We speak to Kyung Wha Chung ahead of the release of her new album out on Warner Classics this October and her forthcoming tour to China.
‘Whether you work in art, science or maths, there is a certain point where you must go beyond simply having talent, to having tremendous imagination’
Kyung Wha Chung is a tough nut to crack: she’s intriguing, fascinating and just a little bit frightening as she alternates from being as wily as a puma or as playful as kitten. Chung’s as sharp, honest and brutal with herself as she is with everyone else. What’s more, she knows it. In a world where so many stars sound the same, you need artists like Chung to sing and shout from the parapet. I like her. It’s this mix that makes for an intoxicating player and personality.
Take the infamous comments she made at Royal Festival Hall in 2014: ‘Renowned violinist berates coughing child’ blasted the BBC News headlines after Chung suggested to a parent from the stage that the child should ‘come back when she’s older’ — voooom an online debate raged instantly, fuelled by critics, the public and columnists. ‘I have always welcomed children to my concerts,’ the violinist wrote on The Guardian’s classical blog. Storm in a teacup over.
During our phone interview I tentatively raise the issue with Chung – was she shocked by the furore?
Chung is laughing. Good. This means we are on safe ground. It’s mid-July and she’s at her hotel room in Verbier, ahead of the festival’s opening concert with Charles Dutoit and the young Verbier Festival Orchestra.
‘You know,’ she says chattily, ‘if I think back to how I have approached my career over the past 50 years, I am still the same. When I was young, I was extremely passionate, sensitive and demanding: whether with a new or an old maestro, I went for what I wanted. I don’t hold back when there is something to say.
‘I have never hesitated to express myself, and this has been shocking for a lot of people. When I look back, I can see the great musician I was. As a young musician, I very much wanted to have the gift that others recognised in me, and, of course, they saw my gift and because of this they treated me in a particular way.’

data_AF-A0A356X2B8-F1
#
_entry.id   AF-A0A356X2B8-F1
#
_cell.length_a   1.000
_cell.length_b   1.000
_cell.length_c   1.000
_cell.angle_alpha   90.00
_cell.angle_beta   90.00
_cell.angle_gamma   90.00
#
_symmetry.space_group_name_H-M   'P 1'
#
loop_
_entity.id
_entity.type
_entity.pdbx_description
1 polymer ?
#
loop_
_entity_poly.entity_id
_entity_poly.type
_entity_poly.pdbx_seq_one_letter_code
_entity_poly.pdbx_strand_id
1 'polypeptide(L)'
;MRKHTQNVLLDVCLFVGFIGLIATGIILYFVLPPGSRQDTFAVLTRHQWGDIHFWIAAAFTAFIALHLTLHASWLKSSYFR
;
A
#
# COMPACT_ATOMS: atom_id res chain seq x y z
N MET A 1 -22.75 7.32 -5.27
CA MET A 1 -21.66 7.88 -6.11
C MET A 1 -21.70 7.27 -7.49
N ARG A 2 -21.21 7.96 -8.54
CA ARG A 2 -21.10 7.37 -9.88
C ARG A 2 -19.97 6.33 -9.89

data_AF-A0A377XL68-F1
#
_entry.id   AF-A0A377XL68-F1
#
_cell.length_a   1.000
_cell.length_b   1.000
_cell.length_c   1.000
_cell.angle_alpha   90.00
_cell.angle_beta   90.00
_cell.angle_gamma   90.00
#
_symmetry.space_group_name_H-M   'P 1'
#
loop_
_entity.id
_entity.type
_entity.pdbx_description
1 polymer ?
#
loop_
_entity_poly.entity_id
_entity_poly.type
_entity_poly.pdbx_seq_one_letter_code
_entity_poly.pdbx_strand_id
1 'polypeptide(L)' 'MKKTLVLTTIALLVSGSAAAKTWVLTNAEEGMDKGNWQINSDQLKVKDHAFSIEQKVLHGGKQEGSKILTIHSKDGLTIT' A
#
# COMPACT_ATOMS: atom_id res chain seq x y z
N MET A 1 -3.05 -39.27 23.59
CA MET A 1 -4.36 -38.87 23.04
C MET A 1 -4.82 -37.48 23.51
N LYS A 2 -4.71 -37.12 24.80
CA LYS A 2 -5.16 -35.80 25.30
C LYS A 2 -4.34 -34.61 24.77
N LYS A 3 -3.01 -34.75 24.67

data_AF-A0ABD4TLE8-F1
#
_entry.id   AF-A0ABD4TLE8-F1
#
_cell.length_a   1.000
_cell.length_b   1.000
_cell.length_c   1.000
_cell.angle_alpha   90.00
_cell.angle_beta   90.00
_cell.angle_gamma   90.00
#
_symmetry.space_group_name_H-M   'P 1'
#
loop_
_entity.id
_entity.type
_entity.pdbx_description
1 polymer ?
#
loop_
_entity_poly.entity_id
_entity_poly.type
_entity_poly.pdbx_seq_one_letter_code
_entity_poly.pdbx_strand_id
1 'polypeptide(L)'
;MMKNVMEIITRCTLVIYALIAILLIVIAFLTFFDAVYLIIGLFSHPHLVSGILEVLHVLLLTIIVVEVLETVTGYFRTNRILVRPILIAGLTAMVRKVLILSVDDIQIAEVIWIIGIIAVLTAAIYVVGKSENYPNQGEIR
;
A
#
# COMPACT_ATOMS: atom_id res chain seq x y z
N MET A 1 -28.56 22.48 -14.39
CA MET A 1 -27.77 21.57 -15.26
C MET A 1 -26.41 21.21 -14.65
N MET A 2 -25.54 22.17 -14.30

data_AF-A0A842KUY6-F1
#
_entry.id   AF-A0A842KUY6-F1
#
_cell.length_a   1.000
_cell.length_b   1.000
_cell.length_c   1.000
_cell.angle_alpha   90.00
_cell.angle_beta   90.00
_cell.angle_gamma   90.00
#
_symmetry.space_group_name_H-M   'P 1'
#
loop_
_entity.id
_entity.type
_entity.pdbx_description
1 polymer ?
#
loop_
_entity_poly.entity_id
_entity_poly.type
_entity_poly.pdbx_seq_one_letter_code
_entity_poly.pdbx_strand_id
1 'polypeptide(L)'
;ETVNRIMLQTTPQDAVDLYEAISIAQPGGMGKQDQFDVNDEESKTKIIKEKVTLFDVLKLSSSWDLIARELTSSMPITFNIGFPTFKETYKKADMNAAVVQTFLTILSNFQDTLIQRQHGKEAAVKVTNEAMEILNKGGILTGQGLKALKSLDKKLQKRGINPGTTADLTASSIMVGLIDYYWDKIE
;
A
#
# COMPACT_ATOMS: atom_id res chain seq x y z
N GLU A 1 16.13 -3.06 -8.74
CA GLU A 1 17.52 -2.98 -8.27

– I think this is Chung for saying she knows she can be…(it’s hard to find the politically correct word: ‘a madam’ is too sexist for 2016, and ‘diva’ doesn’t quite represent her mischievousness) ‘challenging’, but that makes her sound boring and Kyung Wha Chung is anything but boring. Eccentric? Maybe.
Prior to the Royal Festival Hall incident she had been the darling of the media. Didn’t she find the resultant hoo-hah a little unfair?
‘No, no, no, no,’ she says adamantly. (I have to admit, I’m surprised by her reaction, some comments were cruel, I’d be out for revenge). ‘I don’t think of it in terms of fair or unfair, they reacted in their way at that time.’
The violinist accepts the part she played in the drama. ‘One thing I wasn’t aware of was how the public had changed. My recollection of performing in England was that the audience had been fantastically quiet, there was no problem at all when I had previously played in London. Then I was told afterwards that this is a present day phenomenon, everywhere at concerts people do cough.’
The debate certainly affected my own attitude towards attending concerts: because of Chung’s comment I missed Yo-Yo Ma at Walt Disney Concert Hall in LA, instead I retreated to my dull hotel room with an annoying cold. ‘Go to the concert, it’ll be fine,’ my companion had urged. ‘No, it’s not fine,’ I retorted – because, like Chung, I too believe that during a live performance the artist has only a finite number of moments to make a defining difference. More importantly, the public pays a lot for concert tickets. Every single person, including the artist, deserves to participate undisturbed. Unless it is a relaxed performance, when different rules apply.
Chung’s opinion matters because she is an icon. She’s fabulously self-assured, there’s a devilishness that accompanies her pride, and she’s an incredible role model for all – and yes, women in particular. I’m in awe of the ease with which she can be self-possessed, fun, and gracious all at the same time.
Chung sounds much more at peace than when I interviewed her in 2014, which was before the whole controversy occurred. Naturally, there is a brusqueness to her chatter, but there is also a great deal of tenderness and joviality too. She’s happier, that’s for sure.
World tour dates including China, Tokyo and the US are available to view online.